According to this article efforts to save the little brown bat in NJ is pretty much a lost cause. They’ve lost 95% of their population since 2009 to the white-nose syndrome. I remember visiting the Bat Hibernaculum in Morris County about 7-8 years ago and it was amazing watching them swarm in (or out)… now you wouldn’t see that, they’re just not there.
Archive for the ‘Environmental Issues’ Category
The story of Centralia, the town which has had a coal fire burning beneath it for fifty years is the stuff of legend. I won’t retell the story in this post but search for it in the search box and you’ll find numerous posts about it. In short, the town decided to burn its garbage in 1962 and it lit a coal vein on fire which still burns to this day. Thousands of residents moved away, the local highway was ruined and a bypass built, and now after decades of fighting, the remaining residents (all seven of them) have made a deal. They will get a settlement of 218K and get to remain on their land but upon their death the state takes it by right of eminent domain. There had long been pressure on them to sell but they resisted because of the value of the coal that could be mined once they sold. Now those issues are resolved.
When the fire will stop burning, no one knows.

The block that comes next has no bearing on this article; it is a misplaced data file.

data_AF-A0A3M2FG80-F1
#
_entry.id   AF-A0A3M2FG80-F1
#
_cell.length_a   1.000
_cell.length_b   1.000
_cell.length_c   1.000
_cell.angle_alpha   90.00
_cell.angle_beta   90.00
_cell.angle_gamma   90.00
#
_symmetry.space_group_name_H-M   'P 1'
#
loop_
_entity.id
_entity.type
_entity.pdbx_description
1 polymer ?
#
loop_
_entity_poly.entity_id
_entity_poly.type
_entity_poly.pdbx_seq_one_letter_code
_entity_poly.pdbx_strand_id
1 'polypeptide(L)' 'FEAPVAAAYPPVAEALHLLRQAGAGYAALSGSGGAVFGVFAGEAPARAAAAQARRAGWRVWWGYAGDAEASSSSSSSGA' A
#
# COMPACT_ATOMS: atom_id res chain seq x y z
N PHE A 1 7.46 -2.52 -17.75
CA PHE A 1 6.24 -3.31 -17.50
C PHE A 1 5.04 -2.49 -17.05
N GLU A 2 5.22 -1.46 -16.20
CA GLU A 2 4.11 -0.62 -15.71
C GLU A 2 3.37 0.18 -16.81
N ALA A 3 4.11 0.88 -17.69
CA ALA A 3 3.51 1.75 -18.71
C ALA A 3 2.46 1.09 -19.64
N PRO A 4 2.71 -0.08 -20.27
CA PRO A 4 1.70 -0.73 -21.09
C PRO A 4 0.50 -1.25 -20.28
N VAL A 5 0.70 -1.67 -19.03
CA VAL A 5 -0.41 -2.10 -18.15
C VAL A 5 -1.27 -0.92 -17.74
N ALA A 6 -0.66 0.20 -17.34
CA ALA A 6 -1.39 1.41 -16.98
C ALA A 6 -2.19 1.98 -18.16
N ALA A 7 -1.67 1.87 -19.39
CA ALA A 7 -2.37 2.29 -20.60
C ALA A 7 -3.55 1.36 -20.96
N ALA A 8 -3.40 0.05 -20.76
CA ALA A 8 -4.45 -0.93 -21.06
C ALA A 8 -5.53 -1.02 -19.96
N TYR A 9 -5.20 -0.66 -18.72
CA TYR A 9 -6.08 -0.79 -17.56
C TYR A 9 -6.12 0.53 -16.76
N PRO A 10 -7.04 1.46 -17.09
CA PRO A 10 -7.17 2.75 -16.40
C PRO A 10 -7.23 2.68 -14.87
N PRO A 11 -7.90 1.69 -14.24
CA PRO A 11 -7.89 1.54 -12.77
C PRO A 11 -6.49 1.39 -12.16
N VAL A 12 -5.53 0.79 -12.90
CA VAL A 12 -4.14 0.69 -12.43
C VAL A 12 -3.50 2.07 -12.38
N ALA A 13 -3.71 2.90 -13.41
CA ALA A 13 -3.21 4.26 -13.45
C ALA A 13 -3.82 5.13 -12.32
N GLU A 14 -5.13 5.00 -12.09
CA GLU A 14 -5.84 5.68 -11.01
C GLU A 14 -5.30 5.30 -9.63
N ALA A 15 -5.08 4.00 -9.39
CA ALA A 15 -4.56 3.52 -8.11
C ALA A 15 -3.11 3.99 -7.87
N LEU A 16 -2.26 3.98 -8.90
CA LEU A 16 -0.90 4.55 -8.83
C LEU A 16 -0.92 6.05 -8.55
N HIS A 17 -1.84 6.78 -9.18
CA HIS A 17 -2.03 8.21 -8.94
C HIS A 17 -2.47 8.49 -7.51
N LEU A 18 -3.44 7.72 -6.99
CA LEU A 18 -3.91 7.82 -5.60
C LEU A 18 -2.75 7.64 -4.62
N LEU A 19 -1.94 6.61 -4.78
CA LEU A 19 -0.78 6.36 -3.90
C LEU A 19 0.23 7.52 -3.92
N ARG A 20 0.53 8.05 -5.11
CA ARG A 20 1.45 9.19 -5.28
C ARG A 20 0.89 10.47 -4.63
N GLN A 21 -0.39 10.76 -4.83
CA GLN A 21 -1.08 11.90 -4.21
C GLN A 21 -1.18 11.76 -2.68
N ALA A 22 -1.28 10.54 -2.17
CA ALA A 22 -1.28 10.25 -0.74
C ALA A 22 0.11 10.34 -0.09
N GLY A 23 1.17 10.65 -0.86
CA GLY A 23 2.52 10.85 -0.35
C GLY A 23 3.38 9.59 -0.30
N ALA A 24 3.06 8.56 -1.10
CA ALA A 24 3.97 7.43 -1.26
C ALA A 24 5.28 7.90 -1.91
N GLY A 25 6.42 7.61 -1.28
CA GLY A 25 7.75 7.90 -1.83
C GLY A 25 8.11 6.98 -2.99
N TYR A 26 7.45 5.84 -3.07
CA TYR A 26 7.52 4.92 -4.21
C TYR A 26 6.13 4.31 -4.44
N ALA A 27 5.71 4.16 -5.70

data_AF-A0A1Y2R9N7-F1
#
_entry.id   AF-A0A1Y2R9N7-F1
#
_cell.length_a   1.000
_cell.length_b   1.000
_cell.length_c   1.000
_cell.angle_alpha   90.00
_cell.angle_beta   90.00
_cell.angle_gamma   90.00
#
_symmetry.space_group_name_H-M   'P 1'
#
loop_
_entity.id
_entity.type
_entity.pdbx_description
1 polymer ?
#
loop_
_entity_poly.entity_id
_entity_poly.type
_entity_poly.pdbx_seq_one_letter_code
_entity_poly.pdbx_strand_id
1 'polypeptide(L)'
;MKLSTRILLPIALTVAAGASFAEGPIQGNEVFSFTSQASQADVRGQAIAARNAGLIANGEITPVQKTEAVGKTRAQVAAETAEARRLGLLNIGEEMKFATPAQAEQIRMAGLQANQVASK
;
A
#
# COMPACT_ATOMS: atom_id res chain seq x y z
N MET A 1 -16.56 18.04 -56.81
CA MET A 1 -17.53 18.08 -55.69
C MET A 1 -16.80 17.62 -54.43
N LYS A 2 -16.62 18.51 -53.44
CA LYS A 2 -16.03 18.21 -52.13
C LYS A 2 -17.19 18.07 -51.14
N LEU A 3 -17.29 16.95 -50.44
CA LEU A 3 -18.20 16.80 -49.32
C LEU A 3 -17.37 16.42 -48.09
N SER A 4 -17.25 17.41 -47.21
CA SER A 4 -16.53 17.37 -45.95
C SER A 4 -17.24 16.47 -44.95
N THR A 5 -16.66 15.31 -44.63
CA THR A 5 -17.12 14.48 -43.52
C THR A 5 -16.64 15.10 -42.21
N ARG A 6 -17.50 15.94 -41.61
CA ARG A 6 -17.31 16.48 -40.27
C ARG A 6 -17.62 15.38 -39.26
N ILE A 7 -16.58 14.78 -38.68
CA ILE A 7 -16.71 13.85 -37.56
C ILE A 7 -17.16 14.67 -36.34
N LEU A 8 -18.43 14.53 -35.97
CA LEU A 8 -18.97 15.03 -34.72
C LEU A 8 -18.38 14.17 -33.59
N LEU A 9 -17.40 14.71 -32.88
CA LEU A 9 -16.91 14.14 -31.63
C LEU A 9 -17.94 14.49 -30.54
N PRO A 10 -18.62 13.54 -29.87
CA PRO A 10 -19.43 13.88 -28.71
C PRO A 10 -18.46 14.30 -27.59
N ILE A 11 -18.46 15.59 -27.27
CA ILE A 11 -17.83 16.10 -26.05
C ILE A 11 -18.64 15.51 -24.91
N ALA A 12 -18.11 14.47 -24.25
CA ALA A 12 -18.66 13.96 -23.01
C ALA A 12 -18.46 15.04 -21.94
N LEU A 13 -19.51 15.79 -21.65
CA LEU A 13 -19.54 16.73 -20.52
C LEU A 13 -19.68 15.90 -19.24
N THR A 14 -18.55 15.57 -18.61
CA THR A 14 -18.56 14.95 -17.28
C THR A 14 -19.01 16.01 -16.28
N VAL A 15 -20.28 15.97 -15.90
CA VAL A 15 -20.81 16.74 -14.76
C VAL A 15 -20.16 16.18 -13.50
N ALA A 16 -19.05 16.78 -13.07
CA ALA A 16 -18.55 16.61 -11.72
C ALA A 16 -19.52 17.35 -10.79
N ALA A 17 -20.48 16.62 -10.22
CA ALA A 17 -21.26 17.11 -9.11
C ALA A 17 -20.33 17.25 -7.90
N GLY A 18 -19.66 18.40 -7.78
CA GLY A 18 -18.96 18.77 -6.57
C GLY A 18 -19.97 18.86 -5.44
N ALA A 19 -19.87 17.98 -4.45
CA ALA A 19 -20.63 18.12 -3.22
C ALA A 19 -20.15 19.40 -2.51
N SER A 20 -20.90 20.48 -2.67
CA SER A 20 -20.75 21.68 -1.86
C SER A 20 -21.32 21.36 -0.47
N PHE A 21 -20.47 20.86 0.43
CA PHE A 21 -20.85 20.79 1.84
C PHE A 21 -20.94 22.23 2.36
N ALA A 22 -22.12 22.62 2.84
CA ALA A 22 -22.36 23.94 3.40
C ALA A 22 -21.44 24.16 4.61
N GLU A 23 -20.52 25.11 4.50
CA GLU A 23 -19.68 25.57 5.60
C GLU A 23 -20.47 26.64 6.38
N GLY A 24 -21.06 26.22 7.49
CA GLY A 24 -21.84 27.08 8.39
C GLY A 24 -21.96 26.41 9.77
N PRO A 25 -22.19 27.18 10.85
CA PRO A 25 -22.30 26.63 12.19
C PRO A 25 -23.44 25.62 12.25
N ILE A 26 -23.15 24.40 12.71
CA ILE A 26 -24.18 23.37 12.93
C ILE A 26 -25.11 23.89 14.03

A few weeks ago the state announced that it was seeking bids to demolish the main Kirkbride building that was the primary building at Greystone. A number of old buildings have already been torn down and now the state intends to finish the job. This week similar plans were announced for Marlboro. Marlboros demise was actually announced 2 years ago but numerous studies had to be done before any actual demolition could take place. The facility opened in 1931 and closed in 1998 though alcohol rehab treatment is still done in a handful of buildings if I recall correctly. Now abandoned for 15 years the buildings have deteriorated and natural decay mainly from weather and water damage has let asbestos contaminate the halls. I visited there myself about 7 years ago but I would likely not visit today if given the chance. Though the buildings may structurally be sound, certain areas have weak floors and that, coupled with the asbestos would far outweigh any benefits of exploration. It is estimated that it will cost 75M to demolish the buildings safely, but I wouldn’t be surprised if the cost were closer to 100M. I say that because the state estimates restoring the Kirkbridge building at Greystone would cost well in excess of $100M. The The question then becomes what to do with the sprawling estate, and a park seems a likely choice given the emphasis on Green Acres preservation. Anything would be better than to sell it off and make more subdivisions.